By Ann Gergen, Executive Director
Pools and their members have spent the last year conducting most, if not all, of their operations virtually. As we look ahead, I imagine every pool is looking forward to the return of in-person interaction.
However, as much as we might wish otherwise, our pre-pandemic professional world is never completely coming back. Pools and public entities will be living with the effects of the COVID-accelerated virtual revolution from here on out.
With that in mind, I’ve been reading a lot lately about hybrid meetings: meetings that blend in-person and virtual participation in a way that creates comparable experiences for all participants.
I’m writing about hybrid meetings this week for two reasons:
You should understand what a hybrid meeting is.
Your pool should be planning for hybrid meetings.
I’m going to address these two points in reverse order. (Especially if your reaction to my second point is “no thanks,” I’ll encourage you to keep reading.)
2. Start planning now for hybrid meetings.
When I’m reading general interest materials or events industry publications, it’s clear the hybrid meeting trend is real and will be lasting. Hybrid meetings are not merely a coping strategy during pandemic limitations but also an acknowledgment that this is the way the world was already headed. Associations and service entities are planning now for hybrid meetings both large and small – even for after the pandemic.
Yet, when I’m reading emails, questions and comments from member pools, I hear quite a bit of hesitancy around this topic. Here’s a recent chat exchange that took place during a meeting among staff from a few different pools:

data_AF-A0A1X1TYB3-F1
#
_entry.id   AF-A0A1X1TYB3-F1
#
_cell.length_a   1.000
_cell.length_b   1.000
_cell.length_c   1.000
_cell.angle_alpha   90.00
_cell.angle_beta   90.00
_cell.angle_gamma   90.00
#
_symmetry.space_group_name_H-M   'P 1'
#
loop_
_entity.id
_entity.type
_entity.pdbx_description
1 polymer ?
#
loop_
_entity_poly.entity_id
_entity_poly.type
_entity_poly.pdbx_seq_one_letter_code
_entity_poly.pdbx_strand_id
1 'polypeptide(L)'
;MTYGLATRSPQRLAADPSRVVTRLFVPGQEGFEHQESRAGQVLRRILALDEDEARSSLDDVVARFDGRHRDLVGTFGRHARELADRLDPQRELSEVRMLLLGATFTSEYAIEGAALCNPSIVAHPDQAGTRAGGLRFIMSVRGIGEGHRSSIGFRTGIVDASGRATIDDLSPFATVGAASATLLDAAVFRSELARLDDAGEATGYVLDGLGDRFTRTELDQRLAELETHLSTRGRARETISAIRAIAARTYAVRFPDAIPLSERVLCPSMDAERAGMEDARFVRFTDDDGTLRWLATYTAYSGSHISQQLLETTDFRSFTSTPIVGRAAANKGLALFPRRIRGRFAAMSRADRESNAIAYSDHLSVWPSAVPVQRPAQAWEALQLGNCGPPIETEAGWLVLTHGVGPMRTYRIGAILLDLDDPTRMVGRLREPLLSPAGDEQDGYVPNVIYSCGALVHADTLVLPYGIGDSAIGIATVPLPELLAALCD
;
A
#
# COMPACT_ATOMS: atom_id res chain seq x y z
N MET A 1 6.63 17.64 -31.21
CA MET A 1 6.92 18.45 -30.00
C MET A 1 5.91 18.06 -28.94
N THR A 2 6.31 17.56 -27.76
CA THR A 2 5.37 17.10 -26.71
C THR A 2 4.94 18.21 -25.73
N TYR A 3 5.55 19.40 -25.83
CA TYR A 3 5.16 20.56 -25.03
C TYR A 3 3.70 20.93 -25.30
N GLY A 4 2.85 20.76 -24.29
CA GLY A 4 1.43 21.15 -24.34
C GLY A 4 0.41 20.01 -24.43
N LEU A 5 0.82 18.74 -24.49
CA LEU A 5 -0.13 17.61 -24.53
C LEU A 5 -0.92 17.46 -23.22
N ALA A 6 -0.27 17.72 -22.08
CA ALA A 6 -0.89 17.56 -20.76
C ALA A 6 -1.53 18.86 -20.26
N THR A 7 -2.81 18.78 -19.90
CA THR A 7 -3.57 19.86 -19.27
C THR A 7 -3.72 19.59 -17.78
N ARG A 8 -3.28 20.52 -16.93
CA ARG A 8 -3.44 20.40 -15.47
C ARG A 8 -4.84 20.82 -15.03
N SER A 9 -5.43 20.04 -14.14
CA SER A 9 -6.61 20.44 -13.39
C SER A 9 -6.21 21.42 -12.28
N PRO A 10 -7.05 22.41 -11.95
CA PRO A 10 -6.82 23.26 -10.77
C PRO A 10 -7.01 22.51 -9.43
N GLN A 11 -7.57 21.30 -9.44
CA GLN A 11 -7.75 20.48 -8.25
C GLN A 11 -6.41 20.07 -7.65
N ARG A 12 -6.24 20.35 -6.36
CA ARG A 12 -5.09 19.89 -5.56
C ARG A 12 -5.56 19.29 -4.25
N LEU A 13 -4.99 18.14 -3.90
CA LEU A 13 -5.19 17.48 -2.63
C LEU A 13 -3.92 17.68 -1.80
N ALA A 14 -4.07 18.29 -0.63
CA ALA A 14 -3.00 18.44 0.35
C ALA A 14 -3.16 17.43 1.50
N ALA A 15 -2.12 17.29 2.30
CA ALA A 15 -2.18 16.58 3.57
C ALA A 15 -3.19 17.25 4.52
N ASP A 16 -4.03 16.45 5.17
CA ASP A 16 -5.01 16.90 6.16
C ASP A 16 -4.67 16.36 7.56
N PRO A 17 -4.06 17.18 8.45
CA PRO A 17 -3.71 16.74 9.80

We just did our first virtual meeting and took a post-meeting survey. Members almost unanimously preferred a hybrid meeting next year. They liked the virtual platform which allows for more participants.
I know virtual and hybrid is the wave of the future, but I struggle with it. It’s just not the same if we’re not meeting in person.
Agreed, hybrid is challenging. And for me there is truly no substitute for being in-person. I anticipate using a mix of in-person and virtual meetings, but not hybrid.
Is there a platform that will seamlessly facilitate both in-person and virtual participation at the same time? That would be helpful.
This exchange is particularly noteworthy to me because of the flow:
The conversation begins with data about pool members almost unanimously preferring hybrid meetings.
Then a couple people chime in with their personal (anti–hybrid meeting) preferences.
The conversation ends with wishes for a technology solution that will magically make the whole experience easier.
Though it might not be ideal, personal experiences and preferences are not good reasons to forgo or avoid what members are requesting and what will be the “next normal” for meetings. In fact, near-unanimous preference for hybrid meetings is a consistent finding among all sorts of industries, including pooling.
Obviously, to effectively conduct a hybrid meeting, you will need to consider the most appropriate technology tools and resources. But deferring hybrid meeting planning as you wait to find the perfect technology – or even viewing hybrid meetings as solely a technology project – would be a mistake. Hybrid meetings need to be planned and executed based upon member relationship goals with the full support of the technology resources you have, even as you search for additional tech solutions.
1. Understand hybrid meetings.
Now that we’ve addressed why planning for hybrid meetings is important, let’s talk about how to hold them most effectively.